Value added

    This study demonstrated early population-level evidence of an increased risk of SARS-CoV-2 reinfection immediately following the emergence of the Omicron variant in South Africa.

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  2. SciScore for 10.1101/2021.11.11.21266068: (What is this?)

    Please note, not all rigor criteria are appropriate for all manuscripts.

    Table 1: Rigor

    NIH rigor criteria are not applicable to paper type.

    Table 2: Resources

    Software and Algorithms
    SentencesResources
    The reinfection hazard coefficient (λ) and the inverse of the negative binomial dispersion parameter (κ) are fitted to the data using a Metropolis-Hastings Monte Carlo Markov Chain (MCMC) estimation procedure implemented in the R Statistical Programming Language.
    R Statistical Programming
    suggested: None

    Results from OddPub: Thank you for sharing your code and data.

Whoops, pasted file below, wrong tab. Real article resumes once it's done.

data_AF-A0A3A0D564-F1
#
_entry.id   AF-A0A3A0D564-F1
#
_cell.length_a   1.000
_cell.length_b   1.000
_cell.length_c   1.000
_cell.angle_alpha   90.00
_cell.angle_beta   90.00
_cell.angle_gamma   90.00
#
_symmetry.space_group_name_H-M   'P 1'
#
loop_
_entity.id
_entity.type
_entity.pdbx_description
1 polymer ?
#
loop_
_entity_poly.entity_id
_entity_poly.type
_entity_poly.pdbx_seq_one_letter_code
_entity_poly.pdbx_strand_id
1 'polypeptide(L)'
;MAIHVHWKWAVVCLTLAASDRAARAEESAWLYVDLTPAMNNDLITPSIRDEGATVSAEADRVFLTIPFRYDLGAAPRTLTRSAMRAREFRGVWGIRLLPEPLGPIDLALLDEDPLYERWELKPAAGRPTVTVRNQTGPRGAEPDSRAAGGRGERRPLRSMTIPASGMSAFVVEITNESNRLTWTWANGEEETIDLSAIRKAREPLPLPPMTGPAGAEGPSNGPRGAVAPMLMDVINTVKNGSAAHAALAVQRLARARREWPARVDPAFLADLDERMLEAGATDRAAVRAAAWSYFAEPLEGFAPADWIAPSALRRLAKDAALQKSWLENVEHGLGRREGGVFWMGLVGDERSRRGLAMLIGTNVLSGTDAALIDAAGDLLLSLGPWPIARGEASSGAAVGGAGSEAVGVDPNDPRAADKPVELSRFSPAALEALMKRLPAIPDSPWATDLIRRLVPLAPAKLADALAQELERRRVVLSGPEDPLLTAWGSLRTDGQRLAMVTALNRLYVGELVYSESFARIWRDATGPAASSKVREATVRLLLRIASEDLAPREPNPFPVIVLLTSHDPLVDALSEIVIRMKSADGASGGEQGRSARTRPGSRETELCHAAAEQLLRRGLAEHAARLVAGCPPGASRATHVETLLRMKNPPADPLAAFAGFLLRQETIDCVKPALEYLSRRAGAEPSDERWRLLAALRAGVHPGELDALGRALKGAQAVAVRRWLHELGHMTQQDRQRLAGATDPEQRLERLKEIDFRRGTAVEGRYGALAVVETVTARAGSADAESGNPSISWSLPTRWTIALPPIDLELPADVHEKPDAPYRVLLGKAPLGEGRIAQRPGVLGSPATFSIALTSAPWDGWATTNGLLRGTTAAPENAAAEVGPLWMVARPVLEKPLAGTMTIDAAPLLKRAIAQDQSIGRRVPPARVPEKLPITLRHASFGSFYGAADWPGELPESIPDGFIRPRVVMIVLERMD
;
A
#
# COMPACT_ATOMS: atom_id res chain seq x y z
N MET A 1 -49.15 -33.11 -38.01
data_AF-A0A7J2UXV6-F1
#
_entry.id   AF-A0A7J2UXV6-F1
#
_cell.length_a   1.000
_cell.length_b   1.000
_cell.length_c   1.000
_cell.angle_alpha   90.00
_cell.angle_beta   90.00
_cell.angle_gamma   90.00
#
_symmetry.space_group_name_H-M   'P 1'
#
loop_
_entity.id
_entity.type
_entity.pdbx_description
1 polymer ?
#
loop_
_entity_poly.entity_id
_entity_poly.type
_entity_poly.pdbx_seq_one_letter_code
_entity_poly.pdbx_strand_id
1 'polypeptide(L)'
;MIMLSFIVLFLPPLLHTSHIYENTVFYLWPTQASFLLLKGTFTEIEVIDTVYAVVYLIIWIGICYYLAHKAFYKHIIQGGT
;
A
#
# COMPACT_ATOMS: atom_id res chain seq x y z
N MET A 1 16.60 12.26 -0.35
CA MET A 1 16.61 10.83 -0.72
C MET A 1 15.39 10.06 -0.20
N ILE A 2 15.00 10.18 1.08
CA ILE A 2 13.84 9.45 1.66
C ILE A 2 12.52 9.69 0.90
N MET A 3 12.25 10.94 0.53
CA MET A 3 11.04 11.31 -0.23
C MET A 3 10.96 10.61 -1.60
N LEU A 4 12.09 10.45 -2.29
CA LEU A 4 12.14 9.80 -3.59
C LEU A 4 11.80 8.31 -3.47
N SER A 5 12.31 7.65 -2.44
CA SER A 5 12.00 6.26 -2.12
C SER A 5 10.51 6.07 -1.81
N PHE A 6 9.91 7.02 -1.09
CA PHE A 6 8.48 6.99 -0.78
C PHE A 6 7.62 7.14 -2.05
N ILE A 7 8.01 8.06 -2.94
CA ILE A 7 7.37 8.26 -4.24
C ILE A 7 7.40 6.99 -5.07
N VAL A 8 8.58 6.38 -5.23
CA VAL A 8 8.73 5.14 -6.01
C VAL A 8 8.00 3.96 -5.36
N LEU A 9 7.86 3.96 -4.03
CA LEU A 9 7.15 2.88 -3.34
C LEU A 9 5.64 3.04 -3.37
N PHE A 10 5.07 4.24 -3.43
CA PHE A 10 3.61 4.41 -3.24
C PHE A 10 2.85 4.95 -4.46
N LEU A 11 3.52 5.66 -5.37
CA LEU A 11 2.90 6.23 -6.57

Results from LimitationRecognizer: We detected the following sentences addressing limitations in the study:
    Limitations of this study: The primary limitation of this study is that changes in testing practices, health-seeking behavior, or access to care have not been accounted for in these analyses. Estimates based on serological data from blood donors suggests substantial geographic variability in detection rates (14), which may contribute to the observed differences in reinfection patterns by province. Detection rates likely also vary through time and by other factors affecting access to testing, which may include occupation, age, and socioeconomic status. In particular, rapid antigen tests, which were introduced in South Africa in late 2020, may be under-reported despite mandatory reporting requirements. If under-reporting of antigen tests was substantial and time-varying it could influence our findings. However, comparing temporal trends in infection risk among those eligible for reinfection with the rest of the population, as in approach 2, mitigates against potential failure to detect a substantial increase in risk. Reinfections were not confirmed by sequencing or by requiring a negative test between putative infections. Nevertheless, the 90-day window period between consecutive positive tests reduces the possibility that suspected reinfections were predominantly the result of prolonged viral shedding. Furthermore, due to data limitations, we were unable to examine whether symptoms and severity in primary episodes correlate with protection against subsequent reinfection. Lastl...